Climate change is an existential and urgent threat, it said, and sustainability "remains at the core of all we do".

Temasek's aim is to reduce net carbon emissions of its portfolio to half of 2010 levels by 2030, with the bigger goal of reaching net zero carbon emissions by 2050.

To achieve this, Temasek has adopted a three-pronged approach — invest in climate-aligned opportunities, enable carbon negative solutions, and encourage decarbonisation efforts in businesses.

It has set an internal carbon price of US$42 per tCO2e (S$56.74 per tCO2e) to inform its investment decisions.

Temasek has plans to refine its carbon pricing strategies in the coming decade, likely by increasing internal carbon pricing.

Solutions that Temasek has invested in include those that help drive decarbonisation, develop negative emissions, or enable the generation and trading of high quality carbon credits.

"These efforts complement and supplement the decarbonisation efforts of our portfolio companies," Neo Gim Huay, Temasek's Managing Director for Climate Change Strategy, said.

One example is Temasek's joint venture with DBS, Standard Chartered and the Singapore Exchange to create Climate Impact X, a Singapore-based global carbon exchange and marketplace.

It has also partnered Mandai Park Holdings to co-sponsor Mandai Nature Fund, a non-profit that aims to advance efforts in conserving wildlife and developing nature-based climate change mitigation solutions.

More companies looking to commit to net zero carbon emission

Speaking to the media at a press conference on July 13, Neo further said that the "doubling down on climate action" is "one of the pleasant surprises has come out of Covid".

She explained that two-thirds of the global economies today are responsible for two-thirds of global emissions, and they are committing to a net zero carbon emission.

"We've seen a tripling of commitment by large corporates towards net zero targets as well, and there has been significant interest and attention to look at how capital can actually help support and accelerate this kind of transition," she added.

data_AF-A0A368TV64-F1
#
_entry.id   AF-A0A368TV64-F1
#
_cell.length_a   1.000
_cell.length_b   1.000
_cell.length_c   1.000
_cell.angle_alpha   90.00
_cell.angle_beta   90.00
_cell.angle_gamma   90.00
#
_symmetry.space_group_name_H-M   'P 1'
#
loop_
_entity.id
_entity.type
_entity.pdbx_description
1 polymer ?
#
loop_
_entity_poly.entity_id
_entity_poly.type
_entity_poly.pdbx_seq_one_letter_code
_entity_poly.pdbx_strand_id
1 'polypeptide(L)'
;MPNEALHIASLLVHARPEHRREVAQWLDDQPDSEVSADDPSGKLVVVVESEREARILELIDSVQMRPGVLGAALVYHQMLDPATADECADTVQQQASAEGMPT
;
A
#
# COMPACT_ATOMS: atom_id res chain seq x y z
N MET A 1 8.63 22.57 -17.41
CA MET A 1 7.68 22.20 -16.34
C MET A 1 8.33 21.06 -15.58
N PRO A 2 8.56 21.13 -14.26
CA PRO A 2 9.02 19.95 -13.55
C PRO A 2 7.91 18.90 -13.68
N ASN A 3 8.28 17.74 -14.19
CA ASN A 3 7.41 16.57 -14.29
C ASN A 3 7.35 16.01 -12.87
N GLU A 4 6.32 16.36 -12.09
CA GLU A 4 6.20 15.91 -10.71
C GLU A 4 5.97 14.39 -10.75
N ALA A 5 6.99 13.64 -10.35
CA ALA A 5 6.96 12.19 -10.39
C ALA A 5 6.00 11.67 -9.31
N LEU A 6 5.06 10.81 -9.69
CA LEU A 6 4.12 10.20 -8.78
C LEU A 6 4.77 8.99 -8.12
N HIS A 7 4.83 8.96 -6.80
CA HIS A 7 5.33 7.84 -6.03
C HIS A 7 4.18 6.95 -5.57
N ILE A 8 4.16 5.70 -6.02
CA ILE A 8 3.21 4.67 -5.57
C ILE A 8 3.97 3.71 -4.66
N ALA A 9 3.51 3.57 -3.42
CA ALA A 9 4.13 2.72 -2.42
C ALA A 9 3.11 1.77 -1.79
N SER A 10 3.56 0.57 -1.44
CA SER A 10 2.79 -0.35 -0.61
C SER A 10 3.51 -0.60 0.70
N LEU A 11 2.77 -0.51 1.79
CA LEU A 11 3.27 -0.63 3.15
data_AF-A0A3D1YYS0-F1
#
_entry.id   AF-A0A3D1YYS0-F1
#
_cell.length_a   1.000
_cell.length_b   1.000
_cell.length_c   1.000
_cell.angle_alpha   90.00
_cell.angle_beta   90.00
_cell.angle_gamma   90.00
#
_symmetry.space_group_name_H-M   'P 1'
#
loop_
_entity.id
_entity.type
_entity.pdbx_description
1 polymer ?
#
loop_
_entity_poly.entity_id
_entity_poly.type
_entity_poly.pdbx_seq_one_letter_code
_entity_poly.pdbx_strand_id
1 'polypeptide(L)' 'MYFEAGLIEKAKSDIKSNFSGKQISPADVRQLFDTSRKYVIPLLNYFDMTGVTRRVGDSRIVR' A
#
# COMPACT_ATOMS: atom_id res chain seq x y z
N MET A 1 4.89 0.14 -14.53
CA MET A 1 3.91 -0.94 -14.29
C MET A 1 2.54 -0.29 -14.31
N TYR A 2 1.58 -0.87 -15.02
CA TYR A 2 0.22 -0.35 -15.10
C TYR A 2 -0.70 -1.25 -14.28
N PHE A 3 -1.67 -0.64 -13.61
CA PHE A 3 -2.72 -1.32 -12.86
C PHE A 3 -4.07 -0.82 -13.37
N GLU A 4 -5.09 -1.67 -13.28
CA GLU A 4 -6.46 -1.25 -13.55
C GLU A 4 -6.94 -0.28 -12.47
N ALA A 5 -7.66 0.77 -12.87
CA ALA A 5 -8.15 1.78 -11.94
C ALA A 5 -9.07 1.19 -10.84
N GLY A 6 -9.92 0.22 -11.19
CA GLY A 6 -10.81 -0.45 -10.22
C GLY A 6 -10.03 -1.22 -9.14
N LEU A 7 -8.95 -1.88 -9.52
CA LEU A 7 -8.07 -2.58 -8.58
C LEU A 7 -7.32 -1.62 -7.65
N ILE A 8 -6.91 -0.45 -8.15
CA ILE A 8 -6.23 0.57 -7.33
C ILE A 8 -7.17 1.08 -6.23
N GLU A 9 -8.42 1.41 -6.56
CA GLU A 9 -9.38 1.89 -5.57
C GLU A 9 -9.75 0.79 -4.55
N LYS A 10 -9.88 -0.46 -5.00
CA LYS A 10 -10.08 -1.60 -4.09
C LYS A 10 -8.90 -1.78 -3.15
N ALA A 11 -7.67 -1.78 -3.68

Nagi Hamiyeh, Temasek's Joint Head of Investment and Head of Portfolio Development, said, "Our aim is to build a forward looking and resilient portfolio – one that delivers sustainable economic growth, and at the same time, enables the transition to a low carbon economy.”

Cautiously optimistic about recovery during pandemic

Named "Bounce Forward", Temasek's review this year focuses on its plans in a world that has to coexist with Covid-19.

Although Covid-19 continues to be a "destabilising threat", Temasek Chairman Lim Boon Heng said, especially with "the emergence of newer and more virulent virus strains", Temasek remains cautiously optimistic about the global economic recovery in the short to medium term.

Singapore's economy is currently in the midst of recovery, Temasek said, adding that it believes local manufacturing, financial and technological services sectors are likely to be resilient.

Looking forward, it is important for governments, businesses and people to band together to tackle global challenges, especially the climate emergency, Temasek said.

Lim added that in "the post-Covid era", it is not enough to bounce back to "business as usual".

"Governments, businesses and communities must pull together, and bounce forward into a climate friendly norm for better lives and more sustainable livelihoods," he said.


Top photo via Temasek